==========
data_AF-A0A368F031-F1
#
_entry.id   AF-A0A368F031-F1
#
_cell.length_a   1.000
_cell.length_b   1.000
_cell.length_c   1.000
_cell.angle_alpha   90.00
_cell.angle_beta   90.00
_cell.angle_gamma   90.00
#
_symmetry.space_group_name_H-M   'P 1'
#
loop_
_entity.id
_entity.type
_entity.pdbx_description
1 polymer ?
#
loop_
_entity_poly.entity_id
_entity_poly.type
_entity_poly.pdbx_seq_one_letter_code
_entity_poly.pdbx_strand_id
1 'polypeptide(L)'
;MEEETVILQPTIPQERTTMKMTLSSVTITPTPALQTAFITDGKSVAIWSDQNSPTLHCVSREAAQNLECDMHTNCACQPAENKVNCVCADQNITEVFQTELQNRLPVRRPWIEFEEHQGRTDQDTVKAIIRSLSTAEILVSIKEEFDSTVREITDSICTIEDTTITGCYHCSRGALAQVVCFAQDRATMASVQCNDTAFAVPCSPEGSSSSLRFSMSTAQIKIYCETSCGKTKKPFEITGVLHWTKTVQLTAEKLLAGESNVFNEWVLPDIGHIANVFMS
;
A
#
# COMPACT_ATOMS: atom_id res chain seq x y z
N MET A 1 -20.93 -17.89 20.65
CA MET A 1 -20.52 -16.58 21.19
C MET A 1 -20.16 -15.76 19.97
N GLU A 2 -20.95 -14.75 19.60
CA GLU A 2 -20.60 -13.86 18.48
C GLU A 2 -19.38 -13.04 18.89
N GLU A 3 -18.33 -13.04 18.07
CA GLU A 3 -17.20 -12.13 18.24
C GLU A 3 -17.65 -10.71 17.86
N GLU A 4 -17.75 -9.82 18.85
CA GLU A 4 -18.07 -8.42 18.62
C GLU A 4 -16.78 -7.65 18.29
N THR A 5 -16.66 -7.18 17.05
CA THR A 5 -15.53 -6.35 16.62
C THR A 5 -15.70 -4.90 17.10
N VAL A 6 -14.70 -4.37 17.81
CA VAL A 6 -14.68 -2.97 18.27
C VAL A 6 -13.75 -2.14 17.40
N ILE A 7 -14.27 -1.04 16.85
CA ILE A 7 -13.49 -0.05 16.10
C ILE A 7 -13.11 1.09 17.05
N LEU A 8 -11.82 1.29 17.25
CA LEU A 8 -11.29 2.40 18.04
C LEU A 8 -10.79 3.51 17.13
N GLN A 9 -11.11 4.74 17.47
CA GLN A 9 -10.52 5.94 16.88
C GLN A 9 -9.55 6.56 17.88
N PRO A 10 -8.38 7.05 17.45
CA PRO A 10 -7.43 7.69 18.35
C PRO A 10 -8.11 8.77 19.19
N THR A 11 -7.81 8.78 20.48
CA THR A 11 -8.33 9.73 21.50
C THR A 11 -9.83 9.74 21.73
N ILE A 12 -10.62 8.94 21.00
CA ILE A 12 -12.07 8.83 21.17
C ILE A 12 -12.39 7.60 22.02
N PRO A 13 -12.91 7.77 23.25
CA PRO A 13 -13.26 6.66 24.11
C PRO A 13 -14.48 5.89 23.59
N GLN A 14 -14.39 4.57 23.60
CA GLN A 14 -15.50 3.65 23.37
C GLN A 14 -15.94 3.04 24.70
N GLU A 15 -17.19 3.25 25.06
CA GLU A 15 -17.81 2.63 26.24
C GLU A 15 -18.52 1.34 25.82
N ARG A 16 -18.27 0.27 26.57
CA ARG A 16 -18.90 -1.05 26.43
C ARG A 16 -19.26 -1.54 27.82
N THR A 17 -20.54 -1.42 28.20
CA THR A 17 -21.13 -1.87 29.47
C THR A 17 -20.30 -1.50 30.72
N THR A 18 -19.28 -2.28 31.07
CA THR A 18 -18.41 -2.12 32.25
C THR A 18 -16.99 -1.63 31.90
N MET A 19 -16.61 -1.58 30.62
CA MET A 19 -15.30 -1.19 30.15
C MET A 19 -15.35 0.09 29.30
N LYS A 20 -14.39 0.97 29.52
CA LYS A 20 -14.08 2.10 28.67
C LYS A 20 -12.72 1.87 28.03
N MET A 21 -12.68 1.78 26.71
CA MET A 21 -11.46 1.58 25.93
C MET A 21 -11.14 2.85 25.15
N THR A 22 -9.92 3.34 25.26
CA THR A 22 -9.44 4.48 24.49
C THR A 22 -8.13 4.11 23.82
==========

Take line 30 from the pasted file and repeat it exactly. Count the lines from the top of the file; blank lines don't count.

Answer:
# COMPACT_ATOMS: atom_id res chain seq x y z